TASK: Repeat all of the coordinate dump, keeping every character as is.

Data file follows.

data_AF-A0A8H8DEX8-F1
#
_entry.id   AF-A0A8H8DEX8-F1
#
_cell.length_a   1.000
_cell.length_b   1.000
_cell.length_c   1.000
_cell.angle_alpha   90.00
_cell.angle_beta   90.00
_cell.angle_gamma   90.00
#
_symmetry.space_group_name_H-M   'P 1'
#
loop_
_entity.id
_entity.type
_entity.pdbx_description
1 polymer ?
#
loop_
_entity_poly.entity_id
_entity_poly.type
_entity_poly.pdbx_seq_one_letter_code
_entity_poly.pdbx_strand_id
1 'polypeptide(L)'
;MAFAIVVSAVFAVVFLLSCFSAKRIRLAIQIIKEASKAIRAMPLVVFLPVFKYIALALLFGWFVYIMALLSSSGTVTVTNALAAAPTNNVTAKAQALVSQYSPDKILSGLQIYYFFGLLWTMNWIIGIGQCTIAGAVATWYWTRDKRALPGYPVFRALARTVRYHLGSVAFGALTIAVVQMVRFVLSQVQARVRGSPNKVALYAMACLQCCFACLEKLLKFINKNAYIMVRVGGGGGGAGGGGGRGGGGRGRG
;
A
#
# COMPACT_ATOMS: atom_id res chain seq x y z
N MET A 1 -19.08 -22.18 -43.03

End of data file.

data_AF-A0A8H8DEX8-F1
#
_entry.id   AF-A0A8H8DEX8-F1
#
_cell.length_a   1.000
_cell.length_b   1.000
_cell.length_c   1.000
_cell.angle_alpha   90.00
_cell.angle_beta   90.00
_cell.angle_gamma   90.00
#
_symmetry.space_group_name_H-M   'P 1'
#
loop_
_entity.id
_entity.type
_entity.pdbx_description
1 polymer ?
#
loop_
_entity_poly.entity_id
_entity_poly.type
_entity_poly.pdbx_seq_one_letter_code
_entity_poly.pdbx_strand_id
1 'polypeptide(L)'
;MAFAIVVSAVFAVVFLLSCFSAKRIRLAIQIIKEASKAIRAMPLVVFLPVFKYIALALLFGWFVYIMALLSSSGTVTVTNALAAAPTNNVTAKAQALVSQYSPDKILSGLQIYYFFGLLWTMNWIIGIGQCTIAGAVATWYWTRDKRALPGYPVFRALARTVRYHLGSVAFGALTIAVVQMVRFVLSQVQARVRGSPNKVALYAMACLQCCFACLEKLLKFINKNAYIMVRVGGGGGGAGGGGGRGGGGRGRG
;
A
#
# COMPACT_ATOMS: atom_id res chain seq x y z
N MET A 1 -19.08 -22.18 -43.03